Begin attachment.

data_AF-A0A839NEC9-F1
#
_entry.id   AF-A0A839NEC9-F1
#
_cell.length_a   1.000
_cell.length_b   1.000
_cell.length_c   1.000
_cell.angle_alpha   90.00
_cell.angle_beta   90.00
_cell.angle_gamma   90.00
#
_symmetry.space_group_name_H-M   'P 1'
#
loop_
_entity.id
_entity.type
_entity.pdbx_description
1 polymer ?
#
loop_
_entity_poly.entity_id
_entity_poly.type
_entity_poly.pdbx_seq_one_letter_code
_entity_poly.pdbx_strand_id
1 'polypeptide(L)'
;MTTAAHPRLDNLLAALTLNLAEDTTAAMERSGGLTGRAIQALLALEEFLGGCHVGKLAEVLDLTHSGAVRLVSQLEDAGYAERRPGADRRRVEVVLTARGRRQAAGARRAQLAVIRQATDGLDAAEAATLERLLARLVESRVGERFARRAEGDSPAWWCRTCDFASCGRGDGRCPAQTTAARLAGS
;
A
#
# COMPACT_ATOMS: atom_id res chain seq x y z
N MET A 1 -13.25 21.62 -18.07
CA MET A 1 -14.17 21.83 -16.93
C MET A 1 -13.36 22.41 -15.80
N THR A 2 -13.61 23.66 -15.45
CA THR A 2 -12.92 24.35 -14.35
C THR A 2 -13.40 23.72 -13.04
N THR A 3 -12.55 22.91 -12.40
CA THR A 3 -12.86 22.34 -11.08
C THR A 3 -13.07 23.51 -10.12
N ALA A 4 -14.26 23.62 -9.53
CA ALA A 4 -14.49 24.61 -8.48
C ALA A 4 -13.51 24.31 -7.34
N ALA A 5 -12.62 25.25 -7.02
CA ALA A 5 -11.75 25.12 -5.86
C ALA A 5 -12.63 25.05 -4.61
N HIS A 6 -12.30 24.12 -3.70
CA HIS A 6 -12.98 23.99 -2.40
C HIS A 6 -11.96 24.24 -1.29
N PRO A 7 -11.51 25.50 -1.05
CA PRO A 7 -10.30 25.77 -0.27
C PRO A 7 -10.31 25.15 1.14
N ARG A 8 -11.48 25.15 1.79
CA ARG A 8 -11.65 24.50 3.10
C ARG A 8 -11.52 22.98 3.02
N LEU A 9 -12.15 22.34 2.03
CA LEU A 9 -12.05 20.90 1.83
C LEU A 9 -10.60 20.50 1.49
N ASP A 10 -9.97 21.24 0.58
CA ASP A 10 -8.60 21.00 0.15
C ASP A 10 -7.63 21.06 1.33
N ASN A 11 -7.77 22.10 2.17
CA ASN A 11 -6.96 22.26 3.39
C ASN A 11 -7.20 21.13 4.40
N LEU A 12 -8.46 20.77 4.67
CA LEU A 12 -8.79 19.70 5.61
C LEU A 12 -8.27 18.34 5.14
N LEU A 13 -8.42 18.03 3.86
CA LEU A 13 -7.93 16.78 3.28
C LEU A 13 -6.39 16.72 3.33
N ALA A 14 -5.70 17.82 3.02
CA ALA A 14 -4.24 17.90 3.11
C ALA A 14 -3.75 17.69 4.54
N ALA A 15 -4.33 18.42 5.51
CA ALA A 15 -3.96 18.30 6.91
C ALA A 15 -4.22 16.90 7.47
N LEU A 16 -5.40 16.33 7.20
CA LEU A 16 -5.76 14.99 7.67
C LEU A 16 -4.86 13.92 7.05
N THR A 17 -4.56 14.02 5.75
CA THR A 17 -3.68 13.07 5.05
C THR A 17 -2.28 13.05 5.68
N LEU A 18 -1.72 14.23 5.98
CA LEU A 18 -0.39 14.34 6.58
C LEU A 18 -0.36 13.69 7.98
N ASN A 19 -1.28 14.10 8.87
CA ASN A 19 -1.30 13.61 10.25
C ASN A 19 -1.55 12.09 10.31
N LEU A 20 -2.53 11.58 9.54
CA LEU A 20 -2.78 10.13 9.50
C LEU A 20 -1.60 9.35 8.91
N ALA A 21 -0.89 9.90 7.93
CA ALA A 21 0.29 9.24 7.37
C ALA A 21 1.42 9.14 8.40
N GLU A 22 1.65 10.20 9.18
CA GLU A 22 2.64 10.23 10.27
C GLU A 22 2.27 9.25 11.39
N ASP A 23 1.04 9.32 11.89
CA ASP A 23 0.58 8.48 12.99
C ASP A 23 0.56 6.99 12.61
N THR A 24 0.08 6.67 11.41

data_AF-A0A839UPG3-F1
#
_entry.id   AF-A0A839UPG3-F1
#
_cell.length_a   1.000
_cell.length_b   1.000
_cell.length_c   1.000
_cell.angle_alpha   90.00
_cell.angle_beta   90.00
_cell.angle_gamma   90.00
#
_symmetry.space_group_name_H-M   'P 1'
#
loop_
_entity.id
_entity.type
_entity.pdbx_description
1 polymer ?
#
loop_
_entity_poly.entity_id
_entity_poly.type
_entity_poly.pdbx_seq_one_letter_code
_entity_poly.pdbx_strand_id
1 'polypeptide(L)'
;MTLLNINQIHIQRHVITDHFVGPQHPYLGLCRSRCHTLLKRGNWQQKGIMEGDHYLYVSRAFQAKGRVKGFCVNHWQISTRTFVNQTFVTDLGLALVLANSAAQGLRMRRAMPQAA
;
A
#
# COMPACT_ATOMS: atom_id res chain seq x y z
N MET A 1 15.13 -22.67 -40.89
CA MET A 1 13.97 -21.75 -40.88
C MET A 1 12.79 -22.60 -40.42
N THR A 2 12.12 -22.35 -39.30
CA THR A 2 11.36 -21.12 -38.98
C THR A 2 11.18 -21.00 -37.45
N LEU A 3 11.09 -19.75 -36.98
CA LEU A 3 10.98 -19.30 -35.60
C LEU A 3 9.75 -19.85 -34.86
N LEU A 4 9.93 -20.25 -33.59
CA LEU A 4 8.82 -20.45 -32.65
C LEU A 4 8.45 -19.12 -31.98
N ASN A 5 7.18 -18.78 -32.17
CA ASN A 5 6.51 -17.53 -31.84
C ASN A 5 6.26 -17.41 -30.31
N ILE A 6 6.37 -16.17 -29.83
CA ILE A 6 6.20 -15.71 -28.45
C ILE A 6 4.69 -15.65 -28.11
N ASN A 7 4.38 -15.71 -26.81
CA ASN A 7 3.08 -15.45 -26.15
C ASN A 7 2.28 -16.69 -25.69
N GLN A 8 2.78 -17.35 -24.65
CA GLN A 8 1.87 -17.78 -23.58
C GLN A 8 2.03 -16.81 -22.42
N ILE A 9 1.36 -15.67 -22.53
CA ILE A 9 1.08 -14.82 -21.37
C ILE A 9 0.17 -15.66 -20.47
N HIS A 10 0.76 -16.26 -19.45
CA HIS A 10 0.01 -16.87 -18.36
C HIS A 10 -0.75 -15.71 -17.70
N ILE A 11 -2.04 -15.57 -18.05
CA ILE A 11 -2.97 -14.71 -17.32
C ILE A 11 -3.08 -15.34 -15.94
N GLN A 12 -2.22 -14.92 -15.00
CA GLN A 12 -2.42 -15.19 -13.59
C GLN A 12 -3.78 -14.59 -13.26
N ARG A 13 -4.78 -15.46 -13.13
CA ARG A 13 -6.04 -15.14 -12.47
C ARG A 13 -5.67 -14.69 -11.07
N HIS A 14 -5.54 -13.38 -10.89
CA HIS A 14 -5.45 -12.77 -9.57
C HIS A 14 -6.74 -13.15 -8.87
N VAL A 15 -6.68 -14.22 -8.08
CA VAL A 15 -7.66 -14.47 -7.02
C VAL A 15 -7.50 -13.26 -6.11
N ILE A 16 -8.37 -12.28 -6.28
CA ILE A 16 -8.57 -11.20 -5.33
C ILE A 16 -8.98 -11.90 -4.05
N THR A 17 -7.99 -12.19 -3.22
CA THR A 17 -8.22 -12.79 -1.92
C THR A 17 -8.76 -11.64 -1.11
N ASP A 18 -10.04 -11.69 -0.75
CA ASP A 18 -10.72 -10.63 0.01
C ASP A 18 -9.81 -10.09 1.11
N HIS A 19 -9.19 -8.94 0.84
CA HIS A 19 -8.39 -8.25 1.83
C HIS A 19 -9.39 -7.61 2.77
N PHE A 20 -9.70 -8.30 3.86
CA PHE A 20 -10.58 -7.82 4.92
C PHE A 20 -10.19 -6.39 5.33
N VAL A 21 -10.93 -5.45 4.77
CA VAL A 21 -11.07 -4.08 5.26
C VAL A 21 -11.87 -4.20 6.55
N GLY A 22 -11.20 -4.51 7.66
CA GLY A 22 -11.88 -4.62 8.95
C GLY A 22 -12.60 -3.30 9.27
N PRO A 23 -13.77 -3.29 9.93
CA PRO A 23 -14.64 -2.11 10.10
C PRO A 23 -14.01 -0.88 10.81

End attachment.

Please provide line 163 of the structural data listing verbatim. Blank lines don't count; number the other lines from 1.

C ILE A 11 -3.08 -15.34 -15.94